This page displays a summary of notable laws, policies, and procedures that were violated by McNeese State University and its Employees, including actions done against me.
McNeese State University has taken hostile action against me, Kevin Day, for communicating numerous violations of the law and policies by Patrick Eustis. This is admitted by McNeese Chief of Police, Robert Spinks, when he justifies his unlawful use of the university bar order policy.
As of the 1968 U.S. Supreme Court ruling in Pickering, government whistleblowers are protected under the 1st Amendment of the United States Constitution.
By terminating me, Kevin Day, (and subsequently harassing me via the unlawful use of the university bar order policy) while I was acting Under the Color fo the Law McNeese is in violation of the Civil Rights Act of 1871.
When I refused to violate the law by refusing to push Patrick Eustis' ADA violations to the McNeese State University website (as well as his security and policy violations). Chad Thibodeaux and Stan Hippler retaliated by removing me from the project and then terminating my position. (The fact that I provided a functional alternative that does not violate the law, security, or policies was completely ignored by Chad Thibodeaux and Stan Hippler.)
Furthermore, I had disclosed the violations to my supervisors, who are Chad Thibodeaux and Stan Hippler. I was ignored and possibly even retaliated by Chad Thibodeaux and Stan Hippler.
Furthermore, I suffered disparate treatment, where Andrew Maypley performed similar actions, such as removal of Patrick Eustis' access (and another users) for violating the security policy of the website within days of him being granted access.
In issuing the unlawful use of the university bar order policy, Robert Spinks and subsequently McNeese State University, has deprived me, Kevin Day, of my rights.
McNeese State University violated Title VII of the Civil Rights Act of 1964 when they retaliated against me for opposing Americans with Disabilities Act violations by Patrick Eustis. They also did so in a discriminatory manner when they took action against me but not Andrew Mapley, who also did not publish the violations (and had full access to do so).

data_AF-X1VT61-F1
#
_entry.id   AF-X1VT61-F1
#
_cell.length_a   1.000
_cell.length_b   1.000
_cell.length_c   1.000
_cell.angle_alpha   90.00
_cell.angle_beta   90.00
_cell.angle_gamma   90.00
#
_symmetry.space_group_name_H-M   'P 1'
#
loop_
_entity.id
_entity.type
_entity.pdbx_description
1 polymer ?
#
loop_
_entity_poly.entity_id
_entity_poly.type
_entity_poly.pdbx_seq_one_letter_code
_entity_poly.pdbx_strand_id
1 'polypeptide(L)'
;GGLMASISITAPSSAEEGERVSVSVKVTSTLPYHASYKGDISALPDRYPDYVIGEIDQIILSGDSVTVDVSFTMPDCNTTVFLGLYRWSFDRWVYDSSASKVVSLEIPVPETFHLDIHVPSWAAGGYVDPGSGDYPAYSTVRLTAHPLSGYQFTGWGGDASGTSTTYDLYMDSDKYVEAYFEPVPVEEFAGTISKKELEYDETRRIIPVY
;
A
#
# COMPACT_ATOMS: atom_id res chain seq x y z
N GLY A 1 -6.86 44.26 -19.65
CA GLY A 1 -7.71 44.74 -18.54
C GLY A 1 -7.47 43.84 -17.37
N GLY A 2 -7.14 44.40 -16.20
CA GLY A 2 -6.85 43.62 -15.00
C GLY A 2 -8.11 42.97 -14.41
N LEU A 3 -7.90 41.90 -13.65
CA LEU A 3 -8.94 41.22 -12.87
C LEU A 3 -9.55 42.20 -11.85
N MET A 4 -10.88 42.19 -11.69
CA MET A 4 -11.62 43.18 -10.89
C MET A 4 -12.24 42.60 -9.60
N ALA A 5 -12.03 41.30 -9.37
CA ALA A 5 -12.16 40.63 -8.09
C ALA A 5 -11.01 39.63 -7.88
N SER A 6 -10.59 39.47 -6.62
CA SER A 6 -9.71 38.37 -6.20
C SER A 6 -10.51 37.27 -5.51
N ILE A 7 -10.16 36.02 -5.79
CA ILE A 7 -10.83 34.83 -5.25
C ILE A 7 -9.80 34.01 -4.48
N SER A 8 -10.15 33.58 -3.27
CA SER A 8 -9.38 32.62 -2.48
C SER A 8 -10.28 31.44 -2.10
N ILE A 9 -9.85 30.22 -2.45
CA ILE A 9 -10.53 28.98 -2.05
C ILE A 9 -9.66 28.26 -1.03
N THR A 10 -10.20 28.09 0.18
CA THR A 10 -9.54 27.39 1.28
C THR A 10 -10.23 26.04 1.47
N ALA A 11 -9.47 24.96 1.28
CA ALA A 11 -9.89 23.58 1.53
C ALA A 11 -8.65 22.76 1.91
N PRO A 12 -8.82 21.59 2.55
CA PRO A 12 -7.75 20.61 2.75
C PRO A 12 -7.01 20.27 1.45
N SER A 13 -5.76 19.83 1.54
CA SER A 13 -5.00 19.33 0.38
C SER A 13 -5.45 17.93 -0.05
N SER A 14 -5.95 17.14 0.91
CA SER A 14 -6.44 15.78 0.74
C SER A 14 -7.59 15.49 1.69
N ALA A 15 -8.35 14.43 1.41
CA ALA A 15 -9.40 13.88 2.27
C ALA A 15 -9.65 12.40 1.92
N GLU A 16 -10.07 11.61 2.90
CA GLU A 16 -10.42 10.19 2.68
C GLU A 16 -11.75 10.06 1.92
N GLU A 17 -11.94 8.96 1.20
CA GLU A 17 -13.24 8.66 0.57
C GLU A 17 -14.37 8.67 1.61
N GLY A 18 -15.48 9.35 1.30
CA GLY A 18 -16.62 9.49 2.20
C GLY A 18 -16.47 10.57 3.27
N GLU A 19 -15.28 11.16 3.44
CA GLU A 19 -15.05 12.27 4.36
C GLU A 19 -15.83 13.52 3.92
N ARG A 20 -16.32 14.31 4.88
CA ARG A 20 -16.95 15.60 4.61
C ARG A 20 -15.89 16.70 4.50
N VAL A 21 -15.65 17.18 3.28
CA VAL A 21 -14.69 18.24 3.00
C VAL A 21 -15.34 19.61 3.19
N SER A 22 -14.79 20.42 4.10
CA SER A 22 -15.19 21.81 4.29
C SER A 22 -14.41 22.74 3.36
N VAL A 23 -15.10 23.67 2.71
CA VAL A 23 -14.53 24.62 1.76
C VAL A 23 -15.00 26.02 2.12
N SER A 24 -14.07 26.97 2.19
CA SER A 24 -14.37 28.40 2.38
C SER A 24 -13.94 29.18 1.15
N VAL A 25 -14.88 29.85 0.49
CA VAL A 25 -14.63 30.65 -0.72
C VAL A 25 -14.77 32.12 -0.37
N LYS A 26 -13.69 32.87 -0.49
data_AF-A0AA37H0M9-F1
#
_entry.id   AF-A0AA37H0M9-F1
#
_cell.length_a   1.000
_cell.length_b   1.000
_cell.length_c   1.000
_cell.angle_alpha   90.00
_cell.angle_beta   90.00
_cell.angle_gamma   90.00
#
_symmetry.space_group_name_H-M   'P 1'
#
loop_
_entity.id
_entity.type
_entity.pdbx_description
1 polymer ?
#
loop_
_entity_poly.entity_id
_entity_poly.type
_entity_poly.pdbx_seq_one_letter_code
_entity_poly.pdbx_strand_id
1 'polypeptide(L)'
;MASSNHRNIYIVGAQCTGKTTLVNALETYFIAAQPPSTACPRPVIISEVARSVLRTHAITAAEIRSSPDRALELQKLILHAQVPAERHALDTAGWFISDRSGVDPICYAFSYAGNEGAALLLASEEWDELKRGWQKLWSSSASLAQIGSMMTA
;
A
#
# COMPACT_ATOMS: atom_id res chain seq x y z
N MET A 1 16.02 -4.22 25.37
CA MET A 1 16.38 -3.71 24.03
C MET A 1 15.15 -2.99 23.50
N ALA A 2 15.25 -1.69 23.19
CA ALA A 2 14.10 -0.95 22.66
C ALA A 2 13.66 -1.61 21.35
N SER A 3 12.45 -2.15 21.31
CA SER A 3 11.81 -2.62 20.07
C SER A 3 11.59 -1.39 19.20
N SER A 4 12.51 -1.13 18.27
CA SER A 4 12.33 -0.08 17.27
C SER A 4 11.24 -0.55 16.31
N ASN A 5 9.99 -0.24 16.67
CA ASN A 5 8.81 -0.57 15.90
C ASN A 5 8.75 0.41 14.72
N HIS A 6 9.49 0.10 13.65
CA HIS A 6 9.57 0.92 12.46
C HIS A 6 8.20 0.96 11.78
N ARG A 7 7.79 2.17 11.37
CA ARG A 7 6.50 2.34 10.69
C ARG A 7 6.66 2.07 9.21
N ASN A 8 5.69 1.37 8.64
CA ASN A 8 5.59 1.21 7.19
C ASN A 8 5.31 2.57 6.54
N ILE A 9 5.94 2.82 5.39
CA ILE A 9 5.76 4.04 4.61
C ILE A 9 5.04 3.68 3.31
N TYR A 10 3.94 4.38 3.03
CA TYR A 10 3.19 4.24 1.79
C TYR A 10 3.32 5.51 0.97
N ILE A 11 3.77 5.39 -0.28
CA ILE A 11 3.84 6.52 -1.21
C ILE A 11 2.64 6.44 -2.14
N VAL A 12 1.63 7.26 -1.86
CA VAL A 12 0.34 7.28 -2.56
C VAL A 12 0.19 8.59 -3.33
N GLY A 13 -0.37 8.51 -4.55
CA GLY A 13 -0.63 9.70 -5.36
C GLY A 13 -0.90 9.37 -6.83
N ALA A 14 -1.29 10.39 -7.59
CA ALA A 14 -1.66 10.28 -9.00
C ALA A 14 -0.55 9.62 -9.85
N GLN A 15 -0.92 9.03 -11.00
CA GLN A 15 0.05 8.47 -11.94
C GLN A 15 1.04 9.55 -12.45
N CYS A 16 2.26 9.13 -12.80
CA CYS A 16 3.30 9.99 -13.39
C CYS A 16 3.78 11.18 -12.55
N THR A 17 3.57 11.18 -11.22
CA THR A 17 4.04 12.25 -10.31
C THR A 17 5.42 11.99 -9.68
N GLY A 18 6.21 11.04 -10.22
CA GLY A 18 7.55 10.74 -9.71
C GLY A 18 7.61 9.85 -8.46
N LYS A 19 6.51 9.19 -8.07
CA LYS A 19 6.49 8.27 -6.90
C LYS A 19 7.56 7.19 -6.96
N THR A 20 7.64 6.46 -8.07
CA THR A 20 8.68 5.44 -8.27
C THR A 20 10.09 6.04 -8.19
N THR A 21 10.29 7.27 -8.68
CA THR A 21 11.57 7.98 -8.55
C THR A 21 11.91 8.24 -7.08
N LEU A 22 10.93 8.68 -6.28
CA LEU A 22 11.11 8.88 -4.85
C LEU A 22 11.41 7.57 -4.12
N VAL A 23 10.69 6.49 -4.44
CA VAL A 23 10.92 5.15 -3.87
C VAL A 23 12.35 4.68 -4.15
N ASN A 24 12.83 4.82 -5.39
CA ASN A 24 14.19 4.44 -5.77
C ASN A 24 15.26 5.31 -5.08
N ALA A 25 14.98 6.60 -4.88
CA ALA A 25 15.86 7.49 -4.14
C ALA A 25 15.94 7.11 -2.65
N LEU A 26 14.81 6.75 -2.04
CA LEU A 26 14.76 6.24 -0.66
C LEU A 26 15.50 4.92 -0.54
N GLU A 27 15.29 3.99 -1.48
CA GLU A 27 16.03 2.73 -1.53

McNeese State University consistently and knowingly violated ADA laws. See Civil Rights Act of 1964, Title VII, 42 U.S.C 2000e-3(a).
I was retaliated against after having notified Chad Thibodeaux and Stan Hippler via a computer system and software called Jira. LA. R.S. 42:1169 also applies here because, as a McNeese State University employee, I was classified as a public employee.
According to the EEOC, it is illegal for an employer to publish a job advertisement that shows a preference for or discourages someone from applying for a job because of his or her race, color, religion, sex (including gender identity, sexual orientation, and pregnancy), national origin, age (40 or older), disability or genetic information.
When the university secretly oppened up a new position and only allowed Patrick Eustis an opportunity to apply and get the job, they violated EEOC by discriminating against everybody other than Patrick Eustis. They did this on multiple occasions, first when they moved Patrick Eustis to the UCS when there was no such position available and secondly when they created a brand new “redesign” position.